When it first showed up in 2014, the Porsche Macan quickly solidified itself as the driving enthusiast’s crossover to no one’s surprise. Now it gets another round of updates to help keep it relevant.
Porsche is a brand that has built its reputation on performance and even its entry-level offering was not spared the sports car treatment. The Macan offered a less-expensive gateway into the Porsche world, albeit in a non-traditional shape. It helped that it was also good at other crossover stuff like carrying people and cargo, areas of utmost importance in one of the most hotly contested segments in the industry.
Exterior tweaks are rather subtle after the bigger ones that came in the last update that saw the rear taillights morph into one long strip like many of Porsche’s other offerings. This time around the front end gets integrated cooling intakes, body-coloured trim, a new front spoiler, and LED lighting. The sideblades, a Macan trademark, have also been given a bit of texture.
On the inside, a new centre console lends a fresh and contemporary look. The arrays of buttons are gone, replaced by a glossy black haptic-feedback touch panel similar to what you find in most other Porsches. It looks spectacular but I’d be lying if I said I didn’t miss those physical buttons. Customers are still going to go nuts for it because this is the same console you get in the Panamera, 911, and Cayenne without the sticker shock.
The Macan that Porsche provided us with was unique in the sense that it was a base model. Not an S, or top-of-the-line GTS (the Turbo trim was dropped) as is more common of the press cars we get to review. But don’t think of this as your typical base trim. The leathers and plastics, the fit and finish, the brushed aluminium trim, and the overall design of the cabin including the new centre console made this Macan feel just as special and exclusive as a 911.
Then there’s the way it looks. Crossovers don’t really pull at people’s heartstrings the way a sports car can but the Macan is genuinely one of the best styling efforts for a compact crossover, even after all these years. The planted stance, the wheels pushed out to the corners and that trademark flowing roofline gives it real presence. It’s an elegant look and it has aged beautifully. Between the Macan and the equally good-looking Alfa Romeo Stelvio, it’s a toss-up.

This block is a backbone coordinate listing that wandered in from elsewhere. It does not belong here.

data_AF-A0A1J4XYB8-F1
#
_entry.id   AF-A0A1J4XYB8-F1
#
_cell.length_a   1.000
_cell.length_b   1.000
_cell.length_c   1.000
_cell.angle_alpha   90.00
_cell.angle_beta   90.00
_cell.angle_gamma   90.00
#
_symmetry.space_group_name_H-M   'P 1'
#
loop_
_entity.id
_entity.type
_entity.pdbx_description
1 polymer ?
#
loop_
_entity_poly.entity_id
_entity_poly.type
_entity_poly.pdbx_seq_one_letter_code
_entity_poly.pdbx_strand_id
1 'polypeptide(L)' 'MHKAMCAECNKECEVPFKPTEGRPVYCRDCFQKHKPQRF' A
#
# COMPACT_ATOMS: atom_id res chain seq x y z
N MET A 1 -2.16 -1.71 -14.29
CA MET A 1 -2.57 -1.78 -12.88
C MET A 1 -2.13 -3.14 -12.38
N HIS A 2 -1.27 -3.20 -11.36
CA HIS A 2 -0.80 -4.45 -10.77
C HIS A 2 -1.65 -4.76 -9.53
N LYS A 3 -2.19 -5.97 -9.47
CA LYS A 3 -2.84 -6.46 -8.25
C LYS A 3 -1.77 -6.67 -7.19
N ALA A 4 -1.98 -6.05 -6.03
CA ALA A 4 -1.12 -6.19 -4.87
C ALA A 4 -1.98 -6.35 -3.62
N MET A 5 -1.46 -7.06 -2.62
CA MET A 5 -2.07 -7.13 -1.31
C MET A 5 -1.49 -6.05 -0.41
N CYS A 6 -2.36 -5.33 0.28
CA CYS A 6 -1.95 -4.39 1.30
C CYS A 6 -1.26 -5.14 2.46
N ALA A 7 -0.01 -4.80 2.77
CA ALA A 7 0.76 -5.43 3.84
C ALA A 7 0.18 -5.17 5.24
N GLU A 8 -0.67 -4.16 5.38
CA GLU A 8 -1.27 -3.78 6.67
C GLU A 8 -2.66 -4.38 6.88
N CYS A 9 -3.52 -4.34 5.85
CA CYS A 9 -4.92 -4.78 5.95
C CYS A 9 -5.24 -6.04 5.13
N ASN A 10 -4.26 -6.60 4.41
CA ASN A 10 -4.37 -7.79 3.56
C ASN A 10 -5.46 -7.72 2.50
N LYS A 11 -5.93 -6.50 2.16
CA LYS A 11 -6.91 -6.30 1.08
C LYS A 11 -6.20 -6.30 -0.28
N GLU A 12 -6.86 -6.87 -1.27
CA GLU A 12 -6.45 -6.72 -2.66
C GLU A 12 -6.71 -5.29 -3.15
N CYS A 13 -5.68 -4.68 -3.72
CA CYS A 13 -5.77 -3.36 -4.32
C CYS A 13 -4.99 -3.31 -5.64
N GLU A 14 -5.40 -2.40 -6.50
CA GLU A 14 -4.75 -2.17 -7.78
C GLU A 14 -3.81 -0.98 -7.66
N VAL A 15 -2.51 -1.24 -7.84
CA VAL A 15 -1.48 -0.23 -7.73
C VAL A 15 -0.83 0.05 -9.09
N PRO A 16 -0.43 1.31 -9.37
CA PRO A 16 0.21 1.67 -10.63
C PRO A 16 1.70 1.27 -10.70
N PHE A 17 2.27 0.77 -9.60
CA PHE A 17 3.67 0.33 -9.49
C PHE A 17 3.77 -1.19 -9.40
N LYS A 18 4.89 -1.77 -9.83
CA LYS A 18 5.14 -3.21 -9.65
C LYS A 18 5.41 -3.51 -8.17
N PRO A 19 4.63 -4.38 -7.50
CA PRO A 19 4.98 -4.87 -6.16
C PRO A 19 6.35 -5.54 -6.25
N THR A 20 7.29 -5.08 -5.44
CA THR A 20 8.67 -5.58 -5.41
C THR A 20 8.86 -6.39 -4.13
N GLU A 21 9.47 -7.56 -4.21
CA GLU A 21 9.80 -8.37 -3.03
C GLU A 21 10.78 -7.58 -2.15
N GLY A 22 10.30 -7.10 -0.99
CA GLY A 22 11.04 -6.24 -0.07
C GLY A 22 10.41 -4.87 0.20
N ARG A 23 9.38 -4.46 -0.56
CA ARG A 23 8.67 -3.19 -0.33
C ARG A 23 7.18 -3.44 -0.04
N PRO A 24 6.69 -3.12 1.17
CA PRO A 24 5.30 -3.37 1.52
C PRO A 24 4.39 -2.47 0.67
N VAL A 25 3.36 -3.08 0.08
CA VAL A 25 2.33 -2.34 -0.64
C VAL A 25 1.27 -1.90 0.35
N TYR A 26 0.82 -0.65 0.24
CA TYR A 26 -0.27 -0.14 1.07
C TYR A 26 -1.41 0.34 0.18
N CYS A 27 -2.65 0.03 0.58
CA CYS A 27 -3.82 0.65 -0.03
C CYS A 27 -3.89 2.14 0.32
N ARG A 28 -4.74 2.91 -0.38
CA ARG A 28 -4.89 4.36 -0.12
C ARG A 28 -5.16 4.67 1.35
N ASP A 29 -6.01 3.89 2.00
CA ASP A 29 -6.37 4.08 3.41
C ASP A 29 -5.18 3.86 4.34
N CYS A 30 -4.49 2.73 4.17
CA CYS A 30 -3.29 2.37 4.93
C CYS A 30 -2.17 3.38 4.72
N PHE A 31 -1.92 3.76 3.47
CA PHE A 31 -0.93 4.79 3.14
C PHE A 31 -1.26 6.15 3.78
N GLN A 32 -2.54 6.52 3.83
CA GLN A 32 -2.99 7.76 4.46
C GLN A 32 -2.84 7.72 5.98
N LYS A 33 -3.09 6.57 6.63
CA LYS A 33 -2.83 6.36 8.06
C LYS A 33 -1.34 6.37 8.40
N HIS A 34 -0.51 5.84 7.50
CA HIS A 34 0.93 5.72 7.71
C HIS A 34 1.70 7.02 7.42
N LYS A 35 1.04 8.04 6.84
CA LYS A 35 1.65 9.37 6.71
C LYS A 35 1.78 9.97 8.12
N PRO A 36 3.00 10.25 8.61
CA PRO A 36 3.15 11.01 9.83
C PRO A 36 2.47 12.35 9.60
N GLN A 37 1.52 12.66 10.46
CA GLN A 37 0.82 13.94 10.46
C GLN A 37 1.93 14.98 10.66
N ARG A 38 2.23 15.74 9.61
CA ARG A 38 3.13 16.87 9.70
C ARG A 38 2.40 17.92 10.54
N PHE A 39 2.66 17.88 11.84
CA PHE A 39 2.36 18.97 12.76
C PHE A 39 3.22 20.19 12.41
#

Like other Porsches, you can play as dirty as you like with optional extras and customization till you’ve built yourself a Macan that you’ll need to mortgage. Show some restraint and you’ll end up with a vehicle that feels, smells, and drives like a Porsche for less money than you thought possible. In that respect, the Macan can be considered a bargain. In every other sense, it’s still an expensive vehicle and Porsche still likes to charge extra for equipment like adaptive cruise control and lane change assist, which comes standard on most of the competition.
Under the hood a 2-litre 4-cylinder turbo unit sends 261 hp and 296 lb-ft of torque through a 7-speed dual-clutch transmission that shifts with sports car speed and precision. It’s fairly quiet and goes about its duties unnoticed even the optional sport tailpipes that were specced on my tester, but it does come alive if asked and will spin freely to redline. It has more than enough power, but if you wanted to get blown away, there are other more powerful and more expensive Macans that Porsche will happily sell you.
The all-wheel drive Macan shares a platform with the front-wheel drive-based Audi Q5, but actually sends power to the rear first and then to the front if necessary, a much better option for performance.
A Macan has always been a joy to drive and this one is no different. It has great steering, a willing and communicative chassis, and excellent ride quality even on Lakeshore road in Toronto, where there are more craters than actual road. The Alfa Romeo Stelvio might deliver a bit more fun with its twitchier handling model but the Macan’s natural and communicative drive feel edges it out for me.
Issues with the Macan are few: the PCM infotainment system is starting to show its age, and the menus are small and difficult to access on the move. It’s also not very efficient, registering about 14L/100 km over a week of mixed driving. You should expect better from a 4-cylinder compact vehicle like this.
Move to the back seat and you’ll also notice that it’s just not very spacious. The BMW X3 offers more legroom and doesn’t have that sloping roofline pinching away precious headroom. At 6-feet tall, sitting behind myself was possible but I don’t think I’d want to do it for very long. It also gives up some cargo space compared to rivals but then again none of the compact luxury SUVs are going to be your solution if you have a large or growing family.
Where the Macan shines, is desirability. From the looks to the way it drives, it is every bit a Porsche. If you need to eke out the most passenger space and practicality from your compact luxury crossover consider looking at the BMW X3 or Mercedes GLC but if you want the best driving experience the Macan is still the one to beat.